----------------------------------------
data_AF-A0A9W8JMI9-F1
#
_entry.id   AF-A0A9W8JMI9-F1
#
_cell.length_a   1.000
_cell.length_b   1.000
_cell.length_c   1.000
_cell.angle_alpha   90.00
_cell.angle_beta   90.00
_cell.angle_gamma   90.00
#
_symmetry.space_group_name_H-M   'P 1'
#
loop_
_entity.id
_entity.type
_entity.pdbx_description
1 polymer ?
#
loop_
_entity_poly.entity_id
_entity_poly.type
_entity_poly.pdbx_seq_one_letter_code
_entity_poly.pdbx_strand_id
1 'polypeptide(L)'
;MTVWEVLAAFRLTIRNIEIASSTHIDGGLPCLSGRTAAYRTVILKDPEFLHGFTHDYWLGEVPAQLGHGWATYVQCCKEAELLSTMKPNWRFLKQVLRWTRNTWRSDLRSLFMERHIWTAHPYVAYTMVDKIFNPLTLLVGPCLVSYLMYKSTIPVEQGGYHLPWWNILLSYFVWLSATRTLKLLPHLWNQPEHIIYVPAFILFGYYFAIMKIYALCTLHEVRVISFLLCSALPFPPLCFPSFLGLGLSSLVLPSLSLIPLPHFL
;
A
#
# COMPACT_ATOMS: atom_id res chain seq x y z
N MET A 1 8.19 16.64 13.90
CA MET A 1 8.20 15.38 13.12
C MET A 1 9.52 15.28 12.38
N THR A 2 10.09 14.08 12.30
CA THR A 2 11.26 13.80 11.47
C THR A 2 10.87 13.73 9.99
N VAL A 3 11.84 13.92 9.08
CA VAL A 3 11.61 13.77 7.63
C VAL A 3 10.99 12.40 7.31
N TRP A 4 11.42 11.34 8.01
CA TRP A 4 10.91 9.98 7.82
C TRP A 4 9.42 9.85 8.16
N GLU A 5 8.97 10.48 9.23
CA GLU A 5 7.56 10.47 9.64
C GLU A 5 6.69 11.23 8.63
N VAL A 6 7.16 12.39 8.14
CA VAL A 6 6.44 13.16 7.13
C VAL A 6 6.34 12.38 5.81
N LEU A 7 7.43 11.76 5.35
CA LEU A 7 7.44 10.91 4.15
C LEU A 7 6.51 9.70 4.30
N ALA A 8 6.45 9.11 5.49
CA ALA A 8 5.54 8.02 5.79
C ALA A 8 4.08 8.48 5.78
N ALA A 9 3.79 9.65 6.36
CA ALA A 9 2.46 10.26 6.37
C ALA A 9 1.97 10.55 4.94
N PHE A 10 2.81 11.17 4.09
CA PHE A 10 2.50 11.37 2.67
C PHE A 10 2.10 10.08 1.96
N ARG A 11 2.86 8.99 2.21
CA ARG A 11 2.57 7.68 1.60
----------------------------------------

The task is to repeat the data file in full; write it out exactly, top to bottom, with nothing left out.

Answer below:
data_AF-A0A9W8JMI9-F1
#
_entry.id   AF-A0A9W8JMI9-F1
#
_cell.length_a   1.000
_cell.length_b   1.000
_cell.length_c   1.000
_cell.angle_alpha   90.00
_cell.angle_beta   90.00
_cell.angle_gamma   90.00
#
_symmetry.space_group_name_H-M   'P 1'
#
loop_
_entity.id
_entity.type
_entity.pdbx_description
1 polymer ?
#
loop_
_entity_poly.entity_id
_entity_poly.type
_entity_poly.pdbx_seq_one_letter_code
_entity_poly.pdbx_strand_id
1 'polypeptide(L)'
;MTVWEVLAAFRLTIRNIEIASSTHIDGGLPCLSGRTAAYRTVILKDPEFLHGFTHDYWLGEVPAQLGHGWATYVQCCKEAELLSTMKPNWRFLKQVLRWTRNTWRSDLRSLFMERHIWTAHPYVAYTMVDKIFNPLTLLVGPCLVSYLMYKSTIPVEQGGYHLPWWNILLSYFVWLSATRTLKLLPHLWNQPEHIIYVPAFILFGYYFAIMKIYALCTLHEVRVISFLLCSALPFPPLCFPSFLGLGLSSLVLPSLSLIPLPHFL
;
A
#
# COMPACT_ATOMS: atom_id res chain seq x y z
N MET A 1 8.19 16.64 13.90
CA MET A 1 8.20 15.38 13.12
C MET A 1 9.52 15.28 12.38
N THR A 2 10.09 14.08 12.30
CA THR A 2 11.26 13.80 11.47
C THR A 2 10.87 13.73 9.99
N VAL A 3 11.84 13.92 9.08
CA VAL A 3 11.61 13.77 7.63
C VAL A 3 10.99 12.40 7.31
N TRP A 4 11.42 11.34 8.01
CA TRP A 4 10.91 9.98 7.82
C TRP A 4 9.42 9.85 8.16
N GLU A 5 8.97 10.48 9.23
CA GLU A 5 7.56 10.47 9.64
C GLU A 5 6.69 11.23 8.63
N VAL A 6 7.16 12.39 8.14
CA VAL A 6 6.44 13.16 7.13
C VAL A 6 6.34 12.38 5.81
N LEU A 7 7.43 11.76 5.35
CA LEU A 7 7.44 10.91 4.15
C LEU A 7 6.51 9.70 4.30
N ALA A 8 6.45 9.11 5.49
CA ALA A 8 5.54 8.02 5.79
C ALA A 8 4.08 8.48 5.78
N ALA A 9 3.79 9.65 6.36
CA ALA A 9 2.46 10.26 6.37
C ALA A 9 1.97 10.55 4.94
N PHE A 10 2.81 11.17 4.09
CA PHE A 10 2.50 11.37 2.67
C PHE A 10 2.10 10.08 1.96
N ARG A 11 2.86 8.99 2.21
CA ARG A 11 2.57 7.68 1.60